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Words and Actions

Jan 15, 2021

Yes, we are glad to see the back of 2020. But so much happened over those 12 months that we think it warrants a special New Year’s episode. We invited four guests to come with us on a tour of the year, from Brexit Day to university strikes, Black Lives Matter and the US elections. Oh, and we also mention that pandemic that just went and upended everyone’s lives.

Please visit our blog, for information about our guests, further links and resources. In this episode we start our review of 2020 by talking about the language use around Brexit. Anyone interested in that topic can find relevant publications listed in Veronika’s bibliography-in-progress on Brexit and language, which is available at Sten Hansson’s publications on the topic are:

Hansson, S. (2019). Brexit and blame avoidance: Officeholders’ discursive strategies of self-preservation. In Koller, V., Kopf, S., & Miglbauer, M. (eds) Discourses of Brexit. London: Routledge, pp. 191-207. (see also this blog post:

Hansson, S., & Kröger, S. (2020). How a lack of truthfulness can undermine democratic representation: the case of post-referendum Brexit discourses. British Journal of Politics and International Relations.

Veronika at one point mentions prison metaphors in the Brexit debate (e.g. ‘free from the shackles of the EU’), which she has written about here:

Koller, V. (2020). Analysing metaphor in discourse. In Hart, C. (ed.) Researching Discourse: A guide for students. Abingdon: Routledge, pp. 77-96. 

Our subjective look back on 2020 continues with the university strikes in Britain early that year. We talk to Liz Morrish, who was a speaker at some of the events around the industrial action. Her critical studies of contemporary universities, in the UK and elsewhere, are collected in her blog Academic Irregularities ( and have also resulted in a book she wrote with fellow linguist Helen Sauntson:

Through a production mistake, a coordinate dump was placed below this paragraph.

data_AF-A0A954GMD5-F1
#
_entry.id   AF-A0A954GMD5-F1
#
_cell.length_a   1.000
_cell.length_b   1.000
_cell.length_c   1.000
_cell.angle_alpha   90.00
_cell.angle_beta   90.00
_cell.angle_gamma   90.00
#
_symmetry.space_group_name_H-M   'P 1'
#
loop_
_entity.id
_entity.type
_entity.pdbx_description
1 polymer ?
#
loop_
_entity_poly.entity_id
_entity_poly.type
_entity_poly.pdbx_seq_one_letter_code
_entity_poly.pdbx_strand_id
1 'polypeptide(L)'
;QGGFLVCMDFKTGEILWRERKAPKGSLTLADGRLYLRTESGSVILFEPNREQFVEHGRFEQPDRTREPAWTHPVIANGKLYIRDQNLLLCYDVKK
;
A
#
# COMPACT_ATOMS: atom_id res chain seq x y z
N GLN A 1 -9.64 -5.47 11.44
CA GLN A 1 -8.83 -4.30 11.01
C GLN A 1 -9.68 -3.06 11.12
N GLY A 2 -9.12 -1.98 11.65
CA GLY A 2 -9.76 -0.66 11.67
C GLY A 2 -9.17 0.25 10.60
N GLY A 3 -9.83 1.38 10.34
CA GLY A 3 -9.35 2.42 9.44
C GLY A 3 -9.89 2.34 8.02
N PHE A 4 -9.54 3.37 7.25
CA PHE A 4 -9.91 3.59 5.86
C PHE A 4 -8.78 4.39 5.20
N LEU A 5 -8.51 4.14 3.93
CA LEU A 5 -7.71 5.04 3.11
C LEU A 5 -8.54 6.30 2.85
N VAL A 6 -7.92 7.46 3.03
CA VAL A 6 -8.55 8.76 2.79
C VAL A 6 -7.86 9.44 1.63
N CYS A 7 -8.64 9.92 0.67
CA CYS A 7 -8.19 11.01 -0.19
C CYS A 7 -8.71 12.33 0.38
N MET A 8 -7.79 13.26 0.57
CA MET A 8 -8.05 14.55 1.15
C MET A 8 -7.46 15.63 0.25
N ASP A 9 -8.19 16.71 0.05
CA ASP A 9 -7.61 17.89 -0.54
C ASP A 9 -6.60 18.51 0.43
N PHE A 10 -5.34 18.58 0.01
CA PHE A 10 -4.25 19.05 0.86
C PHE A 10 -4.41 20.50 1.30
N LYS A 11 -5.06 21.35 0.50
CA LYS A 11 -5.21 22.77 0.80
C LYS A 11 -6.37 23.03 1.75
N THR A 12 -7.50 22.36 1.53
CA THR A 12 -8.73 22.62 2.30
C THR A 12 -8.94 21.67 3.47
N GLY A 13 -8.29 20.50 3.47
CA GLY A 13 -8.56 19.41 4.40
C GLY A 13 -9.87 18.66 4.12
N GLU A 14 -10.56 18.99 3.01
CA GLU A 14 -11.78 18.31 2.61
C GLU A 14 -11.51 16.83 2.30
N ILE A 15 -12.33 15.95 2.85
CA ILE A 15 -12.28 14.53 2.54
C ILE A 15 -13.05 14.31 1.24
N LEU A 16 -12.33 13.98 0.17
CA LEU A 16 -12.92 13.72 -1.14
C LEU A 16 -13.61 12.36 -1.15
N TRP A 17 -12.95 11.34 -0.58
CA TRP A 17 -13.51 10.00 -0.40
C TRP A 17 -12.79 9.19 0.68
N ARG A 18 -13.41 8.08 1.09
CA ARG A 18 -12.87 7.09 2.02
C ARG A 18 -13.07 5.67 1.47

Morrish, L., & Sauntson, H. (2019). Academic Irregularities: Language and neoliberalism in higher education. Abingdon: Routledge. 

Liz mentions various frameworks for evaluating research, teaching and knowledge exchange at British universities, known respectively as REF, TEF and KEF. 

Inevitably, our review of 2020 takes us to March and the arrival of Covid-19 in Europe. We look at the pandemic through the metaphor lens (pun very much intended) and talk to Paula Pérez Sobrino, one of the founders of the #ReframeCovid initiative. The collection of alternatives to the war metaphor for Covid-19 is available to view and download here: – the link also leads to a form where listeners/readers can submit further examples. A group of scholars involved with the initiative have started to write about some aspects of metaphors for Covid-19 and about the initiative itself:

Olza, I., Koller, V., Ibarretxe-Antuñano, I., Pérez Sobrino, P., & Semino, E. (forthcoming). The #ReframeCovid initiative: From Twitter to society via metaphor. Metaphor and the Social World. (see also this roundtable discussion:  

Pérez Sobrino, P., Semino, E., Ibarretxe-Antuñano, I., Koller, V., & Olza, I. (forthcoming). Acting like a hedgehog in times of pandemic: Metaphoric creativity in the #ReframeCovid collection. Metaphor and Symbol.

Semino, E. (2021). “Not soldiers but fire-fighters”: Metaphors and Covid-19. Health Communication, 36(1), 50-58. (see also this blog post:

2020 was an eventful year and we could not fit all important events into the episode. In the summer, the killing of George Floyd by police in the US led to the resurgence of the Black Lives Matter (BLM) movement and protests against racism and racist violence around the world. In Britain, the statue of slave trader Edward Colston was toppled in Bristol, inspiring the poem Hollow by Bristol City Poet Vanessa Kisuule: 
Detractors of the BLM movement sometimes counter that ‘All lives matter’, but this misunderstands the pragmatic meaning of the original statement: ‘Black lives matter’ is not an answer to the question ’Whose lives matter?’ but to the question ‘Do black lives matter?’. 

In the final interview, we reflect on the US elections and talk to Ulrike Schneider, co-editor of a book on the language of Donald Trump (which should win a prize for best book cover of the year!):

Schneider, U., & Eitelmann, M. (eds) (2020). Linguistic Inquiries into Donald Trump’s Language: From 'fake news' to 'tremendous success'. London: Bloomsbury. 

In our conversation, we touch on Trump’s use of Twitter; after the storming of the Capitol on 6 January 2021, Twitter suspended the President’s account indefinitely on grounds of incitement to violence. 

This brings Words & Action’s special New Year’s episode to a close, but we hope you will stay with us over the course of the year!